I can’t believe it’s been a year now since we started our year without groceries. We learned a lot in that year. We are definitely healthier, but also we’re happier. Our relationship with each other is stronger as we’ve had to learn how to really work well together.
When we first decided to do a year without buying food from the grocery store, convenience stores, box stores or restaurants we thought the challenge was going to be really difficult. And it kind of started out that way. We had difficulties getting local milk, even though we live near a lot of dairies, and our goats hadn’t been bred yet so we had to wait for them to start producing. We had an order on part of a steer that almost didn’t come in, and our first monthly co-op order was missed.
But as time continued onward we started to get into the groove of things. After a lot of research I had found a milk delivery service that actually came to my town. We made do that first month without our co-op order and the steer finally came in. We visited the farmers’ market every Saturday and if something came up and we couldn’t make our local one, we were able to always find another one in a nearby town that we could go to. Our little urban farm started to become more productive and eventually we were able to provide all of our own dairy from our two goats.
We met a lot of great small family farmers and built relationships with them. They answered our questions, gave us tours, and we relied on them for our food. We learned that you don’t have to produce your own food to give up the grocery store, you just have to get out there and meet the people that do produce your food. Not to mention that we saved money on food while buying higher quality products.
About 6 months into our year we realized that it was pretty easy and that we wanted to have more of a challenge. We decided to go the last three months of our challenge without buying any food. We would have to rely on what our little lot could provide us along with anything we had on the shelf.
We were so far behind on planting due to Mother Nature refusing to cooperate that I was worried we wouldn’t have anything to eat fresh. We got lucky and our first big harvest was the day we started the three month challenge. For those first few weeks we were limited to cucumbers, green beans and zucchini. That was probably the hardest part of the challenge – having such a limited diet. And because of our less than stellar weather during the first part of the year, our fruit trees were a complete failure.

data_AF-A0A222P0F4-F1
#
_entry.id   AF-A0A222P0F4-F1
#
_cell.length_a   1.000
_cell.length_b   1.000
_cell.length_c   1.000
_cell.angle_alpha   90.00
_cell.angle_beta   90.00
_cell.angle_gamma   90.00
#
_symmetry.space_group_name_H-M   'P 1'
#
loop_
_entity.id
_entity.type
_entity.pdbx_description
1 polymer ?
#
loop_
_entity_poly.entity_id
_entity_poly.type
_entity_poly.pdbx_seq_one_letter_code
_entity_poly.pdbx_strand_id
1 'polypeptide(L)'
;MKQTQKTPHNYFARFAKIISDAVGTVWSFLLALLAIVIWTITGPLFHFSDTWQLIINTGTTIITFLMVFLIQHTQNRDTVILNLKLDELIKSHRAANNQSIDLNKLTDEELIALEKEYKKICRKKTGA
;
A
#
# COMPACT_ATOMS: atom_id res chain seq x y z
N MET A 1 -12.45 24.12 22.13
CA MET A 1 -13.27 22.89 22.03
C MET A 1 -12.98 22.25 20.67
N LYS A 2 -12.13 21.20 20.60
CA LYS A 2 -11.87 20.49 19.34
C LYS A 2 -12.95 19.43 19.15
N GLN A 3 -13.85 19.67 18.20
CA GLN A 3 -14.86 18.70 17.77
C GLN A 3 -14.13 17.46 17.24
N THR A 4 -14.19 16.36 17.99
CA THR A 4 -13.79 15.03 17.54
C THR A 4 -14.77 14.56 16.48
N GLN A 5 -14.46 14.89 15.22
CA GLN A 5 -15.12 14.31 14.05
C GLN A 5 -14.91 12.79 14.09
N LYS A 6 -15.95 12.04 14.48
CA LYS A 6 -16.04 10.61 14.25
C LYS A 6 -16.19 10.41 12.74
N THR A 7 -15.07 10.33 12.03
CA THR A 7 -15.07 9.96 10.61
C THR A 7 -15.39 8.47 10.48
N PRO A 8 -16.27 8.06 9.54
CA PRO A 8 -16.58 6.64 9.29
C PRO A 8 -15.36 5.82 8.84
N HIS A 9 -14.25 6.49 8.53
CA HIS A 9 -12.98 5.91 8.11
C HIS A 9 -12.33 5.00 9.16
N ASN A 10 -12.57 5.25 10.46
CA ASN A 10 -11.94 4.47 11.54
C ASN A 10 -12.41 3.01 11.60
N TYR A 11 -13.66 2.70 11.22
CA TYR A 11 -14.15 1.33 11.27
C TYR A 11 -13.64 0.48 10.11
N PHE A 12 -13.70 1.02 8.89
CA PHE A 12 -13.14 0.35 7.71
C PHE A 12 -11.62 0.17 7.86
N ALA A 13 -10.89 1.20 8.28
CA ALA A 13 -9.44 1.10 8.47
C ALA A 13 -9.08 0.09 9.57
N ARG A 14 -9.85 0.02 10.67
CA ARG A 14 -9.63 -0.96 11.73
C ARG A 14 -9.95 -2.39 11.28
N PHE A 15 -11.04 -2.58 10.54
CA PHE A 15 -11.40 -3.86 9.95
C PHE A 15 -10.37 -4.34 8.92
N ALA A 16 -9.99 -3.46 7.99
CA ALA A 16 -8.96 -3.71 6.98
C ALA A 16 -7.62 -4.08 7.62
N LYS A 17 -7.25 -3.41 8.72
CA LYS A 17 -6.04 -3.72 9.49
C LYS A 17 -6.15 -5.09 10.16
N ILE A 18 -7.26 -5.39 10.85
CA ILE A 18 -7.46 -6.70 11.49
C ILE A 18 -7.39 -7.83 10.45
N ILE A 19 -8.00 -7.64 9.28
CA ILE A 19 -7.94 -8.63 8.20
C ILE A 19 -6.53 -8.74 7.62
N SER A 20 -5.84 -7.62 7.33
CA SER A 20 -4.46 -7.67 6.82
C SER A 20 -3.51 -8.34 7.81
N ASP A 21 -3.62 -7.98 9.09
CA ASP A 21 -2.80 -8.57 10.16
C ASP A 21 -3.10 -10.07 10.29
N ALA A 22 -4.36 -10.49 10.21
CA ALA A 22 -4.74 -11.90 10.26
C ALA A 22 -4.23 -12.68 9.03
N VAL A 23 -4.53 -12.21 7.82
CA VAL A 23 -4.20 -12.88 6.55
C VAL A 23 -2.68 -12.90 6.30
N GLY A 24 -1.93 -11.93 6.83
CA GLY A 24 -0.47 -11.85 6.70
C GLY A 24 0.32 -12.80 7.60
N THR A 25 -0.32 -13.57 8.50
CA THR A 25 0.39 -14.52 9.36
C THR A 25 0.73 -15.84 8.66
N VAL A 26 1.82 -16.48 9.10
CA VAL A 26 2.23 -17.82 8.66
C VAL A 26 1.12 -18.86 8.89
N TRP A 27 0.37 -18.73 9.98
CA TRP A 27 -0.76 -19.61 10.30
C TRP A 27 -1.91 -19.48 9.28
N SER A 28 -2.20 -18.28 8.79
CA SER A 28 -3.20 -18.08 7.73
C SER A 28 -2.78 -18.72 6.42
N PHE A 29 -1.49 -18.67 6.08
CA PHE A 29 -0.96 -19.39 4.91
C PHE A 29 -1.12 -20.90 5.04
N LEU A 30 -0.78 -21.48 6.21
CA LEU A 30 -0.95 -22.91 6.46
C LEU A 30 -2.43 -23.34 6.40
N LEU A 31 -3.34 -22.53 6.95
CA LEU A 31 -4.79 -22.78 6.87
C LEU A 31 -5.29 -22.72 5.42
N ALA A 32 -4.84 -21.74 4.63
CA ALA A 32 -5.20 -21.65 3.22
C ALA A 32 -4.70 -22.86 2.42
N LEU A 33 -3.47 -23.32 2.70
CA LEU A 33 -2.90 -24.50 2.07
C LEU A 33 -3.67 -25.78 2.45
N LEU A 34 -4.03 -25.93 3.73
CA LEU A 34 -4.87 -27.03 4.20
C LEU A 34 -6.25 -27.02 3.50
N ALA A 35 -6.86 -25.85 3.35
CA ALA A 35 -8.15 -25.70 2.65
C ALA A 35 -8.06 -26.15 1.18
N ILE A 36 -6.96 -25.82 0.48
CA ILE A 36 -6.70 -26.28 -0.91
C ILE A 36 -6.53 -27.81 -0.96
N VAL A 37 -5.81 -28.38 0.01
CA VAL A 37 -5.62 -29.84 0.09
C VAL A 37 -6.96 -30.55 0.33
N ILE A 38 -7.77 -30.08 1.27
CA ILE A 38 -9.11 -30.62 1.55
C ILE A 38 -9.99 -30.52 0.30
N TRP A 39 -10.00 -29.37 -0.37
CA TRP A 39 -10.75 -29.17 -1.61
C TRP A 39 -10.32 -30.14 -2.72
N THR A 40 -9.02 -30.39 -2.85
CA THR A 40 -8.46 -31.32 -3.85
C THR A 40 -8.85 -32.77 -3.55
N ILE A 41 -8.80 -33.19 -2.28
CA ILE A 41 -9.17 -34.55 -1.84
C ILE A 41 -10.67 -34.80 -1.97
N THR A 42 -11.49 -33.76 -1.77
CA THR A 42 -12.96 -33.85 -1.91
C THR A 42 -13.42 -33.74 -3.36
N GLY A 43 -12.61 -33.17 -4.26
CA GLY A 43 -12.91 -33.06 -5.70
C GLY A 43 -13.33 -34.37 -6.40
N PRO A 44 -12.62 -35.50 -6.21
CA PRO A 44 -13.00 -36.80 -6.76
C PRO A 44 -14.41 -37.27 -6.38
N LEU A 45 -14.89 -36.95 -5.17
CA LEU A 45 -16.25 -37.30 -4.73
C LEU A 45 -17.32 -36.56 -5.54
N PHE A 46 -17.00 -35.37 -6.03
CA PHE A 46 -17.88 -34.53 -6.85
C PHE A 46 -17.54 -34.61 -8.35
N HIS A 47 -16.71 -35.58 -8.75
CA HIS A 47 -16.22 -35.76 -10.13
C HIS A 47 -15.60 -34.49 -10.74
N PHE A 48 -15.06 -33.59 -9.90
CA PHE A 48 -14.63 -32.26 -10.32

On the plus side though we learned first hand what we should have in storage in case of emergencies. We also developed a bartering system with friends which helped strengthen our community.
After a year of being free from grocery stores we decided to continue this journey indefinitely but we’ll allow ourselves one restaurant visit a month. We met a lot of great people along the way and we learned a lot about ourselves.
9 thoughts on “What We Learned From Our Year Without Groceries”
That was a great test of your household pantry / garden! Isn't it amazing how much we think we need those big stores, but it's just all been ingrained into our heads because, well, "everyone else does it that way" or "that's how we've always done it". In the process of modernazation, we've neglected our neighbors….they probably had too many green beans and we had too much milk, but we never got to barter for them because we didn't even take the time to talk to them besides saying hello or waving on passing.
Congrats on your year without groceries. Definitely an inspiration to show that we don't have to rely on supermarkets and grocery stories.
Wonderful! Not sure I could do it but I find you very inspiring.
Your experiment is making me think through more things….thanks for the inspiration!
Really awesome! I can't wait till we don't have to go to the store.
Amazing story! I have a few questions for you though. How big is your family? How about your home, is it in the country or are you somehow raising goats in the city? How much space do you have for your garden? I’m interested in starting a garden but we’re almost at 6 kids and I’m thinking we need a farm!
Hi Ryan! Right now our household consists of 3 adults and 1 teenage boy (the term “hollow leg” applies here). We live in the city on a quarter acre lot. Our garden occupies approximately 900 sf of that lot.
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